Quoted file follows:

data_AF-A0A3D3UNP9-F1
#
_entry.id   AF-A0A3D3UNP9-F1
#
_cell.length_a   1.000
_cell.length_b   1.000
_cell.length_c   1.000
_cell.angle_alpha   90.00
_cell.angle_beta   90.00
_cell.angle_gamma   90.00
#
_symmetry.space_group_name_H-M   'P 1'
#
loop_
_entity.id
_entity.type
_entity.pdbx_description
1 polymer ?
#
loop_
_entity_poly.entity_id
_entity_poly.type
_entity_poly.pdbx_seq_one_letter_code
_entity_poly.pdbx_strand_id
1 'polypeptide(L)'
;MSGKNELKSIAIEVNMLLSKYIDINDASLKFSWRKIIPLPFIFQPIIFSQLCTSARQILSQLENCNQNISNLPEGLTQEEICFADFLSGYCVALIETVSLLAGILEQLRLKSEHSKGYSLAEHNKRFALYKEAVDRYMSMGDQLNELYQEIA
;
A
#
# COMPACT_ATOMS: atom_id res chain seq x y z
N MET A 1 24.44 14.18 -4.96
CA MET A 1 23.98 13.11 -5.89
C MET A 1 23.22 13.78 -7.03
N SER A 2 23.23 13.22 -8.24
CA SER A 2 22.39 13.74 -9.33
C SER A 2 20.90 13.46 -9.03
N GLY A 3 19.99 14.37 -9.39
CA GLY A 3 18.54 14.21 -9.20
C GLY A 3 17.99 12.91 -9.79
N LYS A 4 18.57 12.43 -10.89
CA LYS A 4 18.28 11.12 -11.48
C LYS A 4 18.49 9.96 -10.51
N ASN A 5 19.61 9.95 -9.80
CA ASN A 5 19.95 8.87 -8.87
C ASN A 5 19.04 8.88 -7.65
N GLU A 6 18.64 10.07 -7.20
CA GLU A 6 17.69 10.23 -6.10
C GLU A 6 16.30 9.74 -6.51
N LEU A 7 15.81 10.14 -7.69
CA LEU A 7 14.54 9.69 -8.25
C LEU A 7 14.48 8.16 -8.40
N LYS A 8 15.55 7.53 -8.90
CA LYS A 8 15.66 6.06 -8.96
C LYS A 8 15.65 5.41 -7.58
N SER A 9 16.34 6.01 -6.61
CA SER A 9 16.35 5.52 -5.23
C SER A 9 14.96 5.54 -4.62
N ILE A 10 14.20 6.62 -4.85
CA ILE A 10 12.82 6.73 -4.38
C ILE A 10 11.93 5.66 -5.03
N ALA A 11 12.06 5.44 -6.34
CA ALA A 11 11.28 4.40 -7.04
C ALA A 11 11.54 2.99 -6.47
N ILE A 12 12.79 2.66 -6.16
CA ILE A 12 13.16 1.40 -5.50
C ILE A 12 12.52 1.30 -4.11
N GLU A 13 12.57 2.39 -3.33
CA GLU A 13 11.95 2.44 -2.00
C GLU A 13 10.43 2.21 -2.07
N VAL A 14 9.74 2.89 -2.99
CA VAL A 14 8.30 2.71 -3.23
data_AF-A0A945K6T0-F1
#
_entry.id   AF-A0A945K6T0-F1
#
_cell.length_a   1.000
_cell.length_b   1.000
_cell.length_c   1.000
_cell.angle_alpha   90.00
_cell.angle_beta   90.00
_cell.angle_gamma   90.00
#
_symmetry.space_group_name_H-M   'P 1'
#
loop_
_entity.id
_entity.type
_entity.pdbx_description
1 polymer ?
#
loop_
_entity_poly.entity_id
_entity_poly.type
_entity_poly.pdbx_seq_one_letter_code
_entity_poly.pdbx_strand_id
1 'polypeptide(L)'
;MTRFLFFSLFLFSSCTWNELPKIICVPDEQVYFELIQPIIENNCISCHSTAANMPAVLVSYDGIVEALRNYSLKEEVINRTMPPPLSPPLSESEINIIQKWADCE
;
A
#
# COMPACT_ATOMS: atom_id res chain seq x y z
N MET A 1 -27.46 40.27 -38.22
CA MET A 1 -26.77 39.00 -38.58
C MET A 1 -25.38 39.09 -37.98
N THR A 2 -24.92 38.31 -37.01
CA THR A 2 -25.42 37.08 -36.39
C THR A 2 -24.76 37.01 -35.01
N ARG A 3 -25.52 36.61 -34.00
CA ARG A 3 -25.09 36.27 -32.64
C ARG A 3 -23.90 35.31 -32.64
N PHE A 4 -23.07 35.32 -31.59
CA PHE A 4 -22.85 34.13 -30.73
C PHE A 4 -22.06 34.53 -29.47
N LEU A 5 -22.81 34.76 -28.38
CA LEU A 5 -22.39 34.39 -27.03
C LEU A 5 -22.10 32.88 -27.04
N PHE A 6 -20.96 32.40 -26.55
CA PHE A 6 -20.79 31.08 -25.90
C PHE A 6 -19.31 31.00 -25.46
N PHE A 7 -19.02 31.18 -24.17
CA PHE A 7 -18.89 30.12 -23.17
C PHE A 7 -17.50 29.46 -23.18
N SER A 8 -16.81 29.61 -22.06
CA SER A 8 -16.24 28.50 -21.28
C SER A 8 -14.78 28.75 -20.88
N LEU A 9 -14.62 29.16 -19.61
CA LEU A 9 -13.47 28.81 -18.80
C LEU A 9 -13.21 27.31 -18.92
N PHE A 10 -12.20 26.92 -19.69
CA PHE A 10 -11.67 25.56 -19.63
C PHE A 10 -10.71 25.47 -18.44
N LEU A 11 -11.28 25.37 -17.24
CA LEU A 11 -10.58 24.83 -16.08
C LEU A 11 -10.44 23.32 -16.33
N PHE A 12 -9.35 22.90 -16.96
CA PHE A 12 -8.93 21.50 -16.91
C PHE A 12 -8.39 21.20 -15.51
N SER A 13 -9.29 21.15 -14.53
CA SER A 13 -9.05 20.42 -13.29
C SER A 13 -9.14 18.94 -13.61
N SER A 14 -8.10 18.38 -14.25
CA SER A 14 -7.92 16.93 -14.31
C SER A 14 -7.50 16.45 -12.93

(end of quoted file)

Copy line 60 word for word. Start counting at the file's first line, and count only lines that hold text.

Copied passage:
C ILE A 10 11.93 5.66 -5.03